Repeat After Me

I know I am getting older.  Most days I don’t feel it, but there are markers in my life that remind me that the years are passing by.  One of those markers is being asked to witness a marriage.  It began for me a little over 12 years ago and I recently witnessed my 15th wedding, which happened to be my son and his fiancée, now wife.  But more about that later.

As we know, most marriages are presided over by the parish priest.  And we deacons are typically asked when we have a personal relationship with the couple.  I find myself solidly in the age demographic where friends of my children, children of my friends, nephews, nieces, and even my own children are getting married and asking me to witness their vows.  I have witnessed marriages in five states, within Mass, outside of Mass. and even outside of the church with special permission.

Of all my diaconate duties and functions I have come to find this ministry one of the most rewarding on a number of levels.  First of all, who doesn’t love weddings?  And so, to be asked to participate in a special way in a couple’s life at the beginning of their sacramental life together is a joy and a blessing that I never could have imagined until I actually did it.

Beginning with the marriage prep, whether it’s the PMI (Pre-Marriage Inventory) or the Prepare & Enrich couples program, I take great joy in sharing my life and experience as a married man with them.  And most have shared with me that I bring a level of experience and credibility to the discussion of what it means to be a Catholic married man or woman.  And I find our conversations always take me back to my own wedding and married life.  In fact, I most often conduct the PMI at our home, which is a comfortable atmosphere for them.  And while I meet with the bride and groom one at a time, my wife Ellen will meet with the other and talk about any and all things wedding.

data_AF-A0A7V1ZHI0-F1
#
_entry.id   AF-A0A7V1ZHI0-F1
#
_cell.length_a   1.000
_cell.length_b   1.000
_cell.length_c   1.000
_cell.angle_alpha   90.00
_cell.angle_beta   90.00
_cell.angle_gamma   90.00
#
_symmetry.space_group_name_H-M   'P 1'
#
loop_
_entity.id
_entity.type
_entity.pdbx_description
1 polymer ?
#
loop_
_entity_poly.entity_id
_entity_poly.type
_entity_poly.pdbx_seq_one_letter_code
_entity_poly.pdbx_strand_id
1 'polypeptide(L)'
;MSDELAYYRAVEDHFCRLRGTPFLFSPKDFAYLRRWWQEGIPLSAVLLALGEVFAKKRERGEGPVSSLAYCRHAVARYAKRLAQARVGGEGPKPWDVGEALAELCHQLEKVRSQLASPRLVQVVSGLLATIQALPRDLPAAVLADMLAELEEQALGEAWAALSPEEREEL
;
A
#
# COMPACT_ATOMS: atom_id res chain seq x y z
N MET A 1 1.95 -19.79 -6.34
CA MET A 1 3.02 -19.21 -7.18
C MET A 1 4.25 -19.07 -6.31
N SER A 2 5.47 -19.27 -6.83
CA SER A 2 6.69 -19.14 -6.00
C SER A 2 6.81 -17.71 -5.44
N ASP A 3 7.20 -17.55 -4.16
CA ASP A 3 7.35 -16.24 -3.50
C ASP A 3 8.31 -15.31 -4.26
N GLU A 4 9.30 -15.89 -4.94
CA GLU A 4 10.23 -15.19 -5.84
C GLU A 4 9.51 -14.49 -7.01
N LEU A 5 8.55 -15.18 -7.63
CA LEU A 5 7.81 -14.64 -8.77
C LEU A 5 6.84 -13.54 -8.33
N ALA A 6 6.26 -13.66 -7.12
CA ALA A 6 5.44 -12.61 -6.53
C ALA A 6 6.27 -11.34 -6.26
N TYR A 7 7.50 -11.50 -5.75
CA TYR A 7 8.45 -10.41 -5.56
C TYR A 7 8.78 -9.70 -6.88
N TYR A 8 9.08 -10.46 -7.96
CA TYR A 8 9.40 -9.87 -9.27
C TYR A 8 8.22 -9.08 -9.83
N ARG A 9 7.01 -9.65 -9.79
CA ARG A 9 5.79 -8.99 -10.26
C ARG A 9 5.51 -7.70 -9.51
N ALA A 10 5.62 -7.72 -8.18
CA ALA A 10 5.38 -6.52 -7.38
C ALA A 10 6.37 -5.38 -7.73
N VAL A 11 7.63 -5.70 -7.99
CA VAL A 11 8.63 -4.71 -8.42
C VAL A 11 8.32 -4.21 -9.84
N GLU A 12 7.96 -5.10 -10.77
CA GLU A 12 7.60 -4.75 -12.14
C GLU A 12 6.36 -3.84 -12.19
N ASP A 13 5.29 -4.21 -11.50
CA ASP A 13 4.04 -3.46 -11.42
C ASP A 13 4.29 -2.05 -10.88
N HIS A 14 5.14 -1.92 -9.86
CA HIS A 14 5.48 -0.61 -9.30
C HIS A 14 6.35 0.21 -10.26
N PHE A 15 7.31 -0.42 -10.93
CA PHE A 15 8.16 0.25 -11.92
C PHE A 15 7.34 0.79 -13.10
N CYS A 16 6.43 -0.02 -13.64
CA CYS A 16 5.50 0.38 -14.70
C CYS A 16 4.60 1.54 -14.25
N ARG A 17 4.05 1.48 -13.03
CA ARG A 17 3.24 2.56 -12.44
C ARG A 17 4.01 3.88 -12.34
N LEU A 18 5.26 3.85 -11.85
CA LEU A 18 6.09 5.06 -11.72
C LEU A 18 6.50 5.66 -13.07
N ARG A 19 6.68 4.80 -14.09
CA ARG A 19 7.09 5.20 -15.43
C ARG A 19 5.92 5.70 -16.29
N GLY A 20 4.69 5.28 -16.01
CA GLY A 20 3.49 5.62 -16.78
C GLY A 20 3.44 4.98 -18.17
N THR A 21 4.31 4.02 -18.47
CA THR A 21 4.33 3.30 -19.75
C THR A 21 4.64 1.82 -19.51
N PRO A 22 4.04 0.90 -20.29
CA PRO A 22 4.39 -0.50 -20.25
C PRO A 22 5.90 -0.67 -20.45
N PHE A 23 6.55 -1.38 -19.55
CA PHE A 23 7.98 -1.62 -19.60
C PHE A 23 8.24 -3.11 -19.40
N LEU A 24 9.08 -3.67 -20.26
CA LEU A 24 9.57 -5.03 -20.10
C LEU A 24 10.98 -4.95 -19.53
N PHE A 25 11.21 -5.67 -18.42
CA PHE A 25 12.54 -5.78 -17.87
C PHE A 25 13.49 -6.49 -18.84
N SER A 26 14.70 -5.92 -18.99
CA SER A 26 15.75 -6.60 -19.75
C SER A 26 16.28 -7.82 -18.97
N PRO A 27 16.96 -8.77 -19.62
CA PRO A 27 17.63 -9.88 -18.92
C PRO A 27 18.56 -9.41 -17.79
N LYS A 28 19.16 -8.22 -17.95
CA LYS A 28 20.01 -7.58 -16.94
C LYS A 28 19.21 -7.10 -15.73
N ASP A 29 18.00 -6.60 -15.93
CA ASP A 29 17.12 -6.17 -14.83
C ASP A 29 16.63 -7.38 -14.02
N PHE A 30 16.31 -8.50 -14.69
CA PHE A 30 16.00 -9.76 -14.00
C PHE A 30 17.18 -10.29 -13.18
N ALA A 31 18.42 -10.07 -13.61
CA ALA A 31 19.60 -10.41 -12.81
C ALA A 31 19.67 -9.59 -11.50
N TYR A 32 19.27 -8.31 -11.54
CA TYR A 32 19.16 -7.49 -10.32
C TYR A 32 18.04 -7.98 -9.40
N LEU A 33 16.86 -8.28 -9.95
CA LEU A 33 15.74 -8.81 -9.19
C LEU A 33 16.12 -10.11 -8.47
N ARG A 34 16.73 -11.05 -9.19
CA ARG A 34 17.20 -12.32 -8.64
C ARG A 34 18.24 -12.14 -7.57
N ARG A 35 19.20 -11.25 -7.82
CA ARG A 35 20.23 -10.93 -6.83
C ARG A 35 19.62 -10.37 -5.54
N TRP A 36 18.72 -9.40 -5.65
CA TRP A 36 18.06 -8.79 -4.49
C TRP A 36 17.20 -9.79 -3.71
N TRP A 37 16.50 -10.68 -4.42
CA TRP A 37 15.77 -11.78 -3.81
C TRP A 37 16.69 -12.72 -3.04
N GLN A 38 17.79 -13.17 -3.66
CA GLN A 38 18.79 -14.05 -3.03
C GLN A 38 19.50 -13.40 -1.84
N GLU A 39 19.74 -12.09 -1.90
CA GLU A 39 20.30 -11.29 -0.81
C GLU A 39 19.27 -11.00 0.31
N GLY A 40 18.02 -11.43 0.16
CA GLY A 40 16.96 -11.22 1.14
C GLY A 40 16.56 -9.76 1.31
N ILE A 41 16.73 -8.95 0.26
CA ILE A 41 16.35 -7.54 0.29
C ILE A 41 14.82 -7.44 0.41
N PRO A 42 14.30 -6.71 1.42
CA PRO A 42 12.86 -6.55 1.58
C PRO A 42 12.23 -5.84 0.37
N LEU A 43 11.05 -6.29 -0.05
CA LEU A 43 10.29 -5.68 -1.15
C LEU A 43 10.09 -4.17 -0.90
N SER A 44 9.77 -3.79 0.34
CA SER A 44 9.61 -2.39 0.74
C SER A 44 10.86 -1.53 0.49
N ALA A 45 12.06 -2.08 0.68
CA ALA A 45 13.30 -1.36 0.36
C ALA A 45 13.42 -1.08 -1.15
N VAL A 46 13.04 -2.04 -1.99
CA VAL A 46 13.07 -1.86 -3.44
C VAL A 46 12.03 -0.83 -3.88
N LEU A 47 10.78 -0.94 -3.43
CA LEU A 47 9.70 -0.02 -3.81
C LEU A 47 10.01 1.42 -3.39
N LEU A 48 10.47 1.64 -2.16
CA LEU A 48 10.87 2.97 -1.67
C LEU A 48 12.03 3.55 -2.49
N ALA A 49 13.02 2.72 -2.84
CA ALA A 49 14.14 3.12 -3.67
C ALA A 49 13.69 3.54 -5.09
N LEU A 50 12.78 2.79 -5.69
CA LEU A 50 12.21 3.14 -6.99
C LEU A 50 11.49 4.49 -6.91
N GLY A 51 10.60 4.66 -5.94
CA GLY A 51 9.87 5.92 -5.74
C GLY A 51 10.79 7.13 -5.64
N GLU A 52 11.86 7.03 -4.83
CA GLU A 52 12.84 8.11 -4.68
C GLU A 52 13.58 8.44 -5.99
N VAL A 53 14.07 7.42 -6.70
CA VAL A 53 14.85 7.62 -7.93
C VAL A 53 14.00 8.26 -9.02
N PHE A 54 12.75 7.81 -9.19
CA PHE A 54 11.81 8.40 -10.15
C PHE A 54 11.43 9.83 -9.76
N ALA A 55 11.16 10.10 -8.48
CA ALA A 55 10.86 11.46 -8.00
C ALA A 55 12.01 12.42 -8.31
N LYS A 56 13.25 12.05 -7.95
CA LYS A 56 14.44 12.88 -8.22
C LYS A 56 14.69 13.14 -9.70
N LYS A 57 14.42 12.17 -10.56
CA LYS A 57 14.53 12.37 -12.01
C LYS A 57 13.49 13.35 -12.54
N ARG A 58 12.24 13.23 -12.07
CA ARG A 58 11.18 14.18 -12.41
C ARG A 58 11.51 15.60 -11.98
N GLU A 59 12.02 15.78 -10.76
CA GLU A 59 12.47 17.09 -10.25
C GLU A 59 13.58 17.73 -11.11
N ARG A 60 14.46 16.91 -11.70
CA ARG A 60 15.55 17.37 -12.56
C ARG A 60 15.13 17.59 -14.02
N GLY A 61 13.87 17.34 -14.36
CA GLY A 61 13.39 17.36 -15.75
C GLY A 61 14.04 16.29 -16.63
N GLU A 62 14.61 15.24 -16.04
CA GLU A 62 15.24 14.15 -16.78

The wedding ceremony is the culmination and high point of all the planning (sacramental and otherwise) that has taken place.  And my role tends to become multi-faceted.  Of course, I serve as the Church’s (and state’s) official witness, but I often take on the additional roles of wedding planner, florist, and furniture mover.  Perhaps most importantly I try to the calming influence for two often very nervous young adults.  I smile a lot during the ceremony with the hope that they smile back.  I share with them the advice that I received on my wedding day. “Relax, enjoy and be present in every moment.  It is so easy for the day to become one big blur.”

As I witness the vows and ask the couples to repeat after me (none of the couples I have married has ever attempted to memorize them!) I am reminded again of my own wedding, when those very same words coming from my mouth were my own personal commitment to Ellen.  That too brings a smile to my face.  But I am especially cognizant of the now grown up woman and man standing before me.  In most cases, I have known at least one of these “kids” since they were little.  And now, here they are as adults publicly professing their love for one another before God and his Church.  What a blessing and privilege it is to be part of that.